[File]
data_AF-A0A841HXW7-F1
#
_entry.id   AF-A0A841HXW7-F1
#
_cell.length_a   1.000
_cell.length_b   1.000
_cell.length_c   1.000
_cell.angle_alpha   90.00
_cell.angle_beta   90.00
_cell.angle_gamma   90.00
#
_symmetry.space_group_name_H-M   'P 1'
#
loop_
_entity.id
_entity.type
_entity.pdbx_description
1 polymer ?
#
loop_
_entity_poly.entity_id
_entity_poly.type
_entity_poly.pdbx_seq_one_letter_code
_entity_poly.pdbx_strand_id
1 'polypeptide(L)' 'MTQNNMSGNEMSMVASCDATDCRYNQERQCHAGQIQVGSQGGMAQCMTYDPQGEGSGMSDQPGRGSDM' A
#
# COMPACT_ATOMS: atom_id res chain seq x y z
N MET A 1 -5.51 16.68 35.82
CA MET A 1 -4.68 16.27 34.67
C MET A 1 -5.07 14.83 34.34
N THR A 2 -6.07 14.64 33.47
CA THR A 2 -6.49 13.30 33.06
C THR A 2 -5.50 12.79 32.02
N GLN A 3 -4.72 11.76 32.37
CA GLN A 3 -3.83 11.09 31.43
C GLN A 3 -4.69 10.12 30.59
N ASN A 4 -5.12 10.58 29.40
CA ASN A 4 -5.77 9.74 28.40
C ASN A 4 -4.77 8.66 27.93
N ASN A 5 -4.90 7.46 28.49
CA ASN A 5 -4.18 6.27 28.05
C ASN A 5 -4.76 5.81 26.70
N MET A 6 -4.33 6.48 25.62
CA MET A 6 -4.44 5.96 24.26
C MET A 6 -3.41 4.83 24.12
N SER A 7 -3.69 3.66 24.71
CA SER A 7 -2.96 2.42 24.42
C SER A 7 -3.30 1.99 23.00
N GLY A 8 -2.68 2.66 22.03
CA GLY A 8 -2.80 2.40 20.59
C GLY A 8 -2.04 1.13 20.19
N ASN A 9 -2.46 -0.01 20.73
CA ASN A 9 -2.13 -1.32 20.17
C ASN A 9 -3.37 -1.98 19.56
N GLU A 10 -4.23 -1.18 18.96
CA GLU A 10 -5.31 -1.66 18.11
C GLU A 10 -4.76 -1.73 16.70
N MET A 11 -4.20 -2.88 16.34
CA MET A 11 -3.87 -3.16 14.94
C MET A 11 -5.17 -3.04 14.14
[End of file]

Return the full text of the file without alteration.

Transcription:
data_AF-A0A841HXW7-F1
#
_entry.id   AF-A0A841HXW7-F1
#
_cell.length_a   1.000
_cell.length_b   1.000
_cell.length_c   1.000
_cell.angle_alpha   90.00
_cell.angle_beta   90.00
_cell.angle_gamma   90.00
#
_symmetry.space_group_name_H-M   'P 1'
#
loop_
_entity.id
_entity.type
_entity.pdbx_description
1 polymer ?
#
loop_
_entity_poly.entity_id
_entity_poly.type
_entity_poly.pdbx_seq_one_letter_code
_entity_poly.pdbx_strand_id
1 'polypeptide(L)' 'MTQNNMSGNEMSMVASCDATDCRYNQERQCHAGQIQVGSQGGMAQCMTYDPQGEGSGMSDQPGRGSDM' A
#
# COMPACT_ATOMS: atom_id res chain seq x y z
N MET A 1 -5.51 16.68 35.82
CA MET A 1 -4.68 16.27 34.67
C MET A 1 -5.07 14.83 34.34
N THR A 2 -6.07 14.64 33.47
CA THR A 2 -6.49 13.30 33.06
C THR A 2 -5.50 12.79 32.02
N GLN A 3 -4.72 11.76 32.37
CA GLN A 3 -3.83 11.09 31.43
C GLN A 3 -4.69 10.12 30.59
N ASN A 4 -5.12 10.58 29.40
CA ASN A 4 -5.77 9.74 28.40
C ASN A 4 -4.77 8.66 27.93
N ASN A 5 -4.90 7.46 28.49
CA ASN A 5 -4.18 6.27 28.05
C ASN A 5 -4.76 5.81 26.70
N MET A 6 -4.33 6.48 25.62
CA MET A 6 -4.44 5.96 24.26
C MET A 6 -3.41 4.83 24.12
N SER A 7 -3.69 3.66 24.71
CA SER A 7 -2.96 2.42 24.42
C SER A 7 -3.30 1.99 23.00
N GLY A 8 -2.68 2.66 22.03
CA GLY A 8 -2.80 2.40 20.59
C GLY A 8 -2.04 1.13 20.19
N ASN A 9 -2.46 -0.01 20.73
CA ASN A 9 -2.13 -1.32 20.17
C ASN A 9 -3.37 -1.98 19.56
N GLU A 10 -4.23 -1.18 18.96
CA GLU A 10 -5.31 -1.66 18.11
C GLU A 10 -4.76 -1.73 16.70
N MET A 11 -4.20 -2.88 16.34
CA MET A 11 -3.87 -3.16 14.94
C MET A 11 -5.17 -3.04 14.14